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The "Authentication" Lesson is part of the full, Introduction to GraphQL course featured in this preview video. Here's what you'd learn in this lesson:

Scott introduces several ways that authentication could take place.

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Transcript from the "Authentication" Lesson

[00:00:00]
>> Scott Moss: So the next lesson I want to talk about is going to be our last exercise here. It's going to be authentication. This one is really cool. I really like authentication in GraphQL because it's like, you can literally do whatever you want. It's ridiculous, I love it. There are many ways to auth, so many ways.

[00:00:18]
>> Scott Moss: There is not a wrong way. So, basically, here are some of the ways that you can log or some of the ways that you can authenticate with GraphQL. One is you can lockdown the entire API by checking the authentication outside of GraphQL or when creating a context object.

[00:00:34] What does that mean? Well, basically outside of GraphQL. Okay, so let me show you an example of that. So right now, the only application we have on our server is an ApolloServer, but let's say that we had an express application that had some other routes on it. And then for slash GraphQL we mounted an ApolloServer there.

[00:00:56] That means we could just authenticate before the ApolloServer even executes, on some middleware before that, and that way we're authenticating before GraphQL even boots up. Before the request even gets to GraphQL, we authenticate. So that's authenticating outside of GraphQL. So you will lock down the entire GraphQL path for authentication.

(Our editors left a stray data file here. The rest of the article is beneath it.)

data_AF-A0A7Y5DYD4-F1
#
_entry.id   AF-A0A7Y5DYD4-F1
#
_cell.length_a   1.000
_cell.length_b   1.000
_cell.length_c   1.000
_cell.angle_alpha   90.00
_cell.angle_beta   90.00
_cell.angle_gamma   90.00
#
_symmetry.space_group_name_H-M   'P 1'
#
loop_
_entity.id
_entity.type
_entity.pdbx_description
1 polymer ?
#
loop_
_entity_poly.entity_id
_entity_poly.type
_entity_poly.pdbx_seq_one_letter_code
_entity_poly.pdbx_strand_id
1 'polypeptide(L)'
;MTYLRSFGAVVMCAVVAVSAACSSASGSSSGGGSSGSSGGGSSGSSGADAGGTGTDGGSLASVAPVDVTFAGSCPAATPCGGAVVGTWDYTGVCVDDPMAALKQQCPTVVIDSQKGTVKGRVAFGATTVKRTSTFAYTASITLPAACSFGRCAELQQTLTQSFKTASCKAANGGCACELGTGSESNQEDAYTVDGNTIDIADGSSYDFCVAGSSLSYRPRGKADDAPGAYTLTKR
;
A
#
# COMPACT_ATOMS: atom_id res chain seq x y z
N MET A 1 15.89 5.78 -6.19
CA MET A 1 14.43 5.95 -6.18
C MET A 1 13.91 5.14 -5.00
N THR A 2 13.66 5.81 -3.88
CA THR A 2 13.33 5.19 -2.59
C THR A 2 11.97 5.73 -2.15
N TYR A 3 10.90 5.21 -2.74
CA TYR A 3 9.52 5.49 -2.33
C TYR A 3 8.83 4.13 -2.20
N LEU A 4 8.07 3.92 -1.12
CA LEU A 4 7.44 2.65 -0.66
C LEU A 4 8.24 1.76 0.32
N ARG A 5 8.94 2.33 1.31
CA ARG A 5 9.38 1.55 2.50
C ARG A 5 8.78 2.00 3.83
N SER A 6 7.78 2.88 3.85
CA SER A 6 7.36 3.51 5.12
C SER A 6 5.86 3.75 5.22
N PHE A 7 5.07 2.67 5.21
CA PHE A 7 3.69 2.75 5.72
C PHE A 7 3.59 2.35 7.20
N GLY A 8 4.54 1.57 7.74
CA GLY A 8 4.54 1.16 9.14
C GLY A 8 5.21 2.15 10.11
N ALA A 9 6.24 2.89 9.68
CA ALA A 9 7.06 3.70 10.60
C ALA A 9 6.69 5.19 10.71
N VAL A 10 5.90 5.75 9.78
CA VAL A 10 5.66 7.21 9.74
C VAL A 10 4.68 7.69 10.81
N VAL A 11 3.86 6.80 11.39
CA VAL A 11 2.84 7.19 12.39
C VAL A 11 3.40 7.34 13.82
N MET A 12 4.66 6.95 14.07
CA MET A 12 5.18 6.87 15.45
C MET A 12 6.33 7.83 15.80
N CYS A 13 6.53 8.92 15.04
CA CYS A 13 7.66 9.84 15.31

[00:01:14] And that's fine. If every single GraphQL request that you're ever going to require needs authentication, you could totally do that. The other way you can do that if you don't have an express server and in our case it's just a server, Apollo, then you can do that here in the context object.

[00:01:29] So in this context object you can do asynchronous things, and you get the request object. This is the same request object you get in express. You have access to that. So there are going to be headers, authorization stuff, tokens, query strings, everything you need from a request to see if they're authenticated.

[00:01:44] You can do authentication in here. And if you don't like what you see, you can throw an error, and then no query or whatever execute. So you can do that here and you get the same benefit of kinda doing it outside of GraphQL before any query, before any resolver executes, you authenticate here, and that's kind of what we're gonna do today.

[00:02:03] So that's one way.
>> Scott Moss: You can also handle the auth and the resolvers. You've just got to make sure that you pass on to the context what you need so that the resolvers can handle that authentication. For instance, if you're going to handle auth and the resolvers and you know you need the header information, then inside of this context object you might want to pass on the request.headers authorization, or whatever you need to authenticate to the resolvers.

[00:02:30] And then inside of your resolvers, every resolver that needs authentication you would have to do it here. You would check here. If whatever, do this. So you can do that as well. We're gonna do a combination of both. We're gonna do something in the context. We're also gonna do something in the resolvers.

[00:02:47] So, that's another way.
>> Scott Moss: A third way which is really fire or really hot, it's a new hipster thing, is to use custom directives in your schema definition language. Well, we didn't talk about directives, but directives are basically an enhancement. It's a way to send metadata with your schema.

[00:03:10] So right now, we have these schemas that define shape and structure and validation, and stuff like that. But if send some extra information along with this field. Like for instance, I wanna add something else to let the server or to let GraphQL know there's something special about this name field, I wanna do something here, so you can use what's called a direction.